14 December 2005

Yorkshire

Back in 1974, politicians messed about with England's traditional county boundaries, forgetting important matters such as allegiance, identity, history, regional pride. I will never forgive them for dumping most of East Yorkshire into the new county of Humberside. That arrangement has now been scrapped and after years of pressure we have our lovely East Riding back. However, Yorkshire is still not as it was. The map below shows the ancient Yorkshire boundaries superimposed over the new economic-governmental zones that masquerade as counties. We want Barnoldswick back and Middlesborough and all those harshly beautiful Pennine villages that fat London politicians stole from us, like Empire builders drawing straight lines to make new "countries" in Africa - totally disregarding culture, heritage and traditional enmities. They think we have forgotten their crime but we haven't. I have a dream that one day Yorkshire people will rise up from their chains, reclaim their ancient county boundaries and shout from every hilltop - "Freedom! Freedom! Good God Almighty - Free at last!"

This is what Wikipedia has to say about Yorkshire:-

"Yorkshire is the largest ancient county of England, covering some 6,000 square miles with a population of some five million. It is traditionally divided into West, North and East Ridings (from Old Norse þriðing, "third part", a legacy of the area's ninth century Scandinavian settlers). The county town, York, is not part of any riding.
The emblem of Yorkshire is the
White Rose of the House of York, and there is a Yorkshire Day celebrated on August 1. Amongst the celebrations there is a civic gathering of Lord Mayors, Mayors and other Civic Heads from across the county and convened by the Yorkshire Society, in 2004 it was held in Leeds and in 2005 it was held in Bradford. The people of Penistone will be hosting the Civic gathering in 2006. There is also an "anthem" for the county in the form of the folk song "On Ilkla Moor Baht'at
" (- On Ilkley Moor without a Hat).
The Yorkshire
dialect is colloquially known as "Tyke", and this is also the "affectionate" (!) term for a Yorkshireman, though the term is not universally used by all Yorkshiremen and is virtually non-existent on the North Riding coastline. The social stereotype of a Yorkshireman has a tendency to include such accessories as a flat cap and a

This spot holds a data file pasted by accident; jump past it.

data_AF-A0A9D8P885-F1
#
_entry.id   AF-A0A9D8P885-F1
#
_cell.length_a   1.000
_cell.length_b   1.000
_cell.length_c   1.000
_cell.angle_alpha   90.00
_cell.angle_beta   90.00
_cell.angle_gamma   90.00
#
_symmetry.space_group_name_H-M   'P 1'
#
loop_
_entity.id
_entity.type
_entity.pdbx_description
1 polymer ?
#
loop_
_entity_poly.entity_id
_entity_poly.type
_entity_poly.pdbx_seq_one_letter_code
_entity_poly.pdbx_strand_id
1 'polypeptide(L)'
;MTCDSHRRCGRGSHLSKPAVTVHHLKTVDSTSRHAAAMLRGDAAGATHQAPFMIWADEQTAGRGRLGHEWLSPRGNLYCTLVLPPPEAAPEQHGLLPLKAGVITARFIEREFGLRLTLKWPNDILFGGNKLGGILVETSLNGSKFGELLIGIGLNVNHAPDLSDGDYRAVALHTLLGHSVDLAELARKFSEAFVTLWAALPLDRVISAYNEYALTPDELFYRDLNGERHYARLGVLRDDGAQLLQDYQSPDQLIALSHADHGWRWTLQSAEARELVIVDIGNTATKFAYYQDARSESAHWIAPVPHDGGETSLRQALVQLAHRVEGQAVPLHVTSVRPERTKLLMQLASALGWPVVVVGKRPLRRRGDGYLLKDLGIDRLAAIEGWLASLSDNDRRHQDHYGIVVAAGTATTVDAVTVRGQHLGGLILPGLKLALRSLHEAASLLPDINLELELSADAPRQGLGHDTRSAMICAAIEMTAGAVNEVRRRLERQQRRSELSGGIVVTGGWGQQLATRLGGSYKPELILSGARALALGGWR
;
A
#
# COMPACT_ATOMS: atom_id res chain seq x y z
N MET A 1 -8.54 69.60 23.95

whippet. Among Yorkshire's unique traditions is the Long Sword dance, a traditional dance not found elsewhere in England. More recently, Yorkshire has been home to its own genre of techno music, Yorkshire Bleeps and Bass."

7 comments:

  1. Wow.... pretty good description. I'd forgotten all about the Tykes term too. Thanks for reminding me.

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  2. So, do you wear a flat cap and share your home with a whippet? I wouldn't be surprised. I mean, everyone in the United States, and I mean everyone, wears a cowboy hat and rides a horse. All that rot about SUVs clogging our highways is just a front for all of the horseback riding we do.

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  3. When I was seven years old, I read The Secret Garden. Ever since, I have wanted to visit Yorkshire. That wish has only been heightened by reading Jane Eyre.

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  4. By the way, those political lines are preposterous. How do you stand for it? Rather than simply throwing off your chains and shouting "Free at last," how about throwing pies on the politicians until they succumb? Pie-throwing is an effective way of getting what you want.

    P.S. What do Yorkshirefolk like to eat for breakfast?

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  5. Anonymous5:20 pm

    I've never heard of the Long Sword dance.

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  6. The Long Sword Dance is a version of the Hokey Pokey. Until now, this revelation has been the best kept secret of Yorkshire.

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  7. Too right! Though Middlesbrough is really back in Yorkshire. Cleveland was scrapped and Middlesbrough was made into a unitary authority and placed back into the ceremonial county of North Yorkshire, meaning it has the same status as York.

    Thankfully the East Riding defended themselves and have now been put back into Yorkshire (though as far as most Yorkshire folk are concerned, it never left), but we still want Barnoldswick, and other Pennine areas bunged into various made-up counties.

    Long live a United, Free Yorkshire, from Sheffield to Middlesborough, from Barnoldswick to Spurn Head.

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